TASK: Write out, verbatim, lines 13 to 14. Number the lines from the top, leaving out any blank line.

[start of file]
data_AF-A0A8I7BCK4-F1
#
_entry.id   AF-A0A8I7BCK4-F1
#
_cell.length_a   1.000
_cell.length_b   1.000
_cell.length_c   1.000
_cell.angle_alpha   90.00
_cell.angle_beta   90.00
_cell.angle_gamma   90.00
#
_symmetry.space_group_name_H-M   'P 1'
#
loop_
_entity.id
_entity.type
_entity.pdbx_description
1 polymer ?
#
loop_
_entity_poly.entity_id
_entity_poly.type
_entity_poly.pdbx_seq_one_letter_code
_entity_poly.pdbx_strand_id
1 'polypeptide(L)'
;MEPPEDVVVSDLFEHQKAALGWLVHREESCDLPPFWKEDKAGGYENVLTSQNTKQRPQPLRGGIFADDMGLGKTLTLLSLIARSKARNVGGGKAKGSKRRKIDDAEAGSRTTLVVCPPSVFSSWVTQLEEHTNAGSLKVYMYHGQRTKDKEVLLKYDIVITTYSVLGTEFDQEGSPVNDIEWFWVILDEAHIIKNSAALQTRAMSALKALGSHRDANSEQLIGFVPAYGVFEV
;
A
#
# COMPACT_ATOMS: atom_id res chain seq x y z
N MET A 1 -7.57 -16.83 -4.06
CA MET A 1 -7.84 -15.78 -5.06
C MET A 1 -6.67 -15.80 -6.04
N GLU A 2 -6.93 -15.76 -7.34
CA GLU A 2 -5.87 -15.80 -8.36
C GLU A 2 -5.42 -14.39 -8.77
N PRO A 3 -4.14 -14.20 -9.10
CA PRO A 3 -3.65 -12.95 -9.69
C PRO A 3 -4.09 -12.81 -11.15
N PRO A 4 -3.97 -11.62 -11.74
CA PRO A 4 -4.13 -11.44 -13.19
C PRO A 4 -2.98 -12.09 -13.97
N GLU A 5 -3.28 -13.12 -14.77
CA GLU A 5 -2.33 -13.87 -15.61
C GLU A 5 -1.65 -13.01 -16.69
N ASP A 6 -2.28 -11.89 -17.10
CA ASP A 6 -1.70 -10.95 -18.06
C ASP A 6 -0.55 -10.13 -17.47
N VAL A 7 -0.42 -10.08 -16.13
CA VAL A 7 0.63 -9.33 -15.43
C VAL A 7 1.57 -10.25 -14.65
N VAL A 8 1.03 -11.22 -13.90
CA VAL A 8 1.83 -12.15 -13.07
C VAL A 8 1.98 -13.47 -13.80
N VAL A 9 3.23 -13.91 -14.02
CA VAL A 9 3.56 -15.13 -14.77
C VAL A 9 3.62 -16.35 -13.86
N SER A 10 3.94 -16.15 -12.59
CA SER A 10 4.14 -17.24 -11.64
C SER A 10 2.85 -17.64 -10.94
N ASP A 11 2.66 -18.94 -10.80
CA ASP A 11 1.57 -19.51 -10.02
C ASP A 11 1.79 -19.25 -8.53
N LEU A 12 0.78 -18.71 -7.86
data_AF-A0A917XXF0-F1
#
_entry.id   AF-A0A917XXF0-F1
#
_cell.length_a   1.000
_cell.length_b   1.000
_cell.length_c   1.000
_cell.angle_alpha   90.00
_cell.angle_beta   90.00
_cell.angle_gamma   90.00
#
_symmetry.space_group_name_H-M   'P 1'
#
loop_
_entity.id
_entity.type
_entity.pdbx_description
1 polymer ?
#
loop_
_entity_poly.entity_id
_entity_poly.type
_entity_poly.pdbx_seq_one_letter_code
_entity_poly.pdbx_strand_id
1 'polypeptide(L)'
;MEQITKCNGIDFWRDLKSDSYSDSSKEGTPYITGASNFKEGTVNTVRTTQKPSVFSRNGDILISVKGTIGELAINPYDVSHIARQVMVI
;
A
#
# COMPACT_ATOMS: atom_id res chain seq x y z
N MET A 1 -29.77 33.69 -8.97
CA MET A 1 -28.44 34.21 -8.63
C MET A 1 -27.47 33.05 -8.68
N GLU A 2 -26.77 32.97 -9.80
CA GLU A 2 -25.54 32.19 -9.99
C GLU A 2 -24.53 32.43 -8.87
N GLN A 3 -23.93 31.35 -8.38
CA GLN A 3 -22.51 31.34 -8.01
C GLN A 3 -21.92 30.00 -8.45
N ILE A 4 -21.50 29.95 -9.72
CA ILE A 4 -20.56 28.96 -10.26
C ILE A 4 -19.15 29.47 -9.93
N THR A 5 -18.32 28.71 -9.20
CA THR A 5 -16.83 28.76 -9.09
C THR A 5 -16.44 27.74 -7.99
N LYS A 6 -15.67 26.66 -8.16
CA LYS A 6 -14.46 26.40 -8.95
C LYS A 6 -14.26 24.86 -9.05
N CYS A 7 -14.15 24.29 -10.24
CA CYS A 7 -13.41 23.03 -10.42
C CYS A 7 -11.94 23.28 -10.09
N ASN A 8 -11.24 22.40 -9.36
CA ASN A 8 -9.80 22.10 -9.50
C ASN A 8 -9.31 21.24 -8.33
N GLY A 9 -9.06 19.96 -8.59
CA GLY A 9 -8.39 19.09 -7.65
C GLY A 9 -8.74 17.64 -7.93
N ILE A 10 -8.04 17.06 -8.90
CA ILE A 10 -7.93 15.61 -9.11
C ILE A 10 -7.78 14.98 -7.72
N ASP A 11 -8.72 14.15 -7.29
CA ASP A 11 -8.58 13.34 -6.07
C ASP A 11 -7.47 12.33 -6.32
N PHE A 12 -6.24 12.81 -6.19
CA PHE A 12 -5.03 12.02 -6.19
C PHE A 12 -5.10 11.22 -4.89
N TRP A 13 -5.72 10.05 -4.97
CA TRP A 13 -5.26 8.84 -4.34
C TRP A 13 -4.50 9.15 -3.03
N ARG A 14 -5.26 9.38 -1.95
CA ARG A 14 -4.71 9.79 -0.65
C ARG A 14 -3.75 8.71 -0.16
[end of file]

#
loop_